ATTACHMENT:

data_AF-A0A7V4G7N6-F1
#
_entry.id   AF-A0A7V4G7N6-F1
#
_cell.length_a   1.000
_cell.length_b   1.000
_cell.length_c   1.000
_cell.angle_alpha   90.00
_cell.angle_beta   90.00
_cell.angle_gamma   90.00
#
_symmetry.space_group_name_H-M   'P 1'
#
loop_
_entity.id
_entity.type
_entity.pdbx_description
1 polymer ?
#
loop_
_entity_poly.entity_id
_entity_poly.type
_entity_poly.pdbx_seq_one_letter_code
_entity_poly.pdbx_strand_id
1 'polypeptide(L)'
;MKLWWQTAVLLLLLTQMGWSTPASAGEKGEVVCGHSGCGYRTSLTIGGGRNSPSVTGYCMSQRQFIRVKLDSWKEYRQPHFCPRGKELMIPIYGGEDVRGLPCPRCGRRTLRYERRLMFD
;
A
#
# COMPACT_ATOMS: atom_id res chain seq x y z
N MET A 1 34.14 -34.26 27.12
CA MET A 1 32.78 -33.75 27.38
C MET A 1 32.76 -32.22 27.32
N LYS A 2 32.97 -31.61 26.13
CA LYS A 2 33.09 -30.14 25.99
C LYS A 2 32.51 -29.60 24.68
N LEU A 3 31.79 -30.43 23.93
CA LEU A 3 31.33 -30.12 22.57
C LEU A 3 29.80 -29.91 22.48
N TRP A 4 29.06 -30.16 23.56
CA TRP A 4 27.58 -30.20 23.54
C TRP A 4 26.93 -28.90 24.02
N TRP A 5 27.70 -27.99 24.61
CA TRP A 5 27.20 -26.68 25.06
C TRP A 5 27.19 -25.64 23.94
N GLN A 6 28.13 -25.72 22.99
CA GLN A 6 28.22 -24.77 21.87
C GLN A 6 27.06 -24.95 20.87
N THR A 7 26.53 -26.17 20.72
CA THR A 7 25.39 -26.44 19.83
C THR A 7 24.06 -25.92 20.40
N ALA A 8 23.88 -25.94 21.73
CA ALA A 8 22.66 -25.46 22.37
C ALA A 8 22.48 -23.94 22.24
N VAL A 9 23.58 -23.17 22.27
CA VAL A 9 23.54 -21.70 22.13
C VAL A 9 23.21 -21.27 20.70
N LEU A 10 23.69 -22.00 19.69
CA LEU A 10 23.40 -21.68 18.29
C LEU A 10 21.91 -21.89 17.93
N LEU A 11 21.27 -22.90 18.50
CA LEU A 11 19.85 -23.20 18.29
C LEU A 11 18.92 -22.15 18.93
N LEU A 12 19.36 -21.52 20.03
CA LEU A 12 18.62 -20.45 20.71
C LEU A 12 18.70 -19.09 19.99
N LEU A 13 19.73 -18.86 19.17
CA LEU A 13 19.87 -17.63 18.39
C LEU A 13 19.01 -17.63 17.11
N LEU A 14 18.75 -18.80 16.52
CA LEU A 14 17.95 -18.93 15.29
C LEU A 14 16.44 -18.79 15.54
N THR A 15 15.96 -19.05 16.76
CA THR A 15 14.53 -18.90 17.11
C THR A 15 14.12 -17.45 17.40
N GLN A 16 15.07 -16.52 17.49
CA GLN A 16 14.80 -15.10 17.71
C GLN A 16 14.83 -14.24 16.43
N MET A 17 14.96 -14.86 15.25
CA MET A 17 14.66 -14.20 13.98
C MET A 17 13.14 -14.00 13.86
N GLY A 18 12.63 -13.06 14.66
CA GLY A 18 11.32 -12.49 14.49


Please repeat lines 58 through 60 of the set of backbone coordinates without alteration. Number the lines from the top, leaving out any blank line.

N LEU A 10 23.69 -22.00 19.69
CA LEU A 10 23.40 -21.68 18.29
C LEU A 10 21.91 -21.89 17.93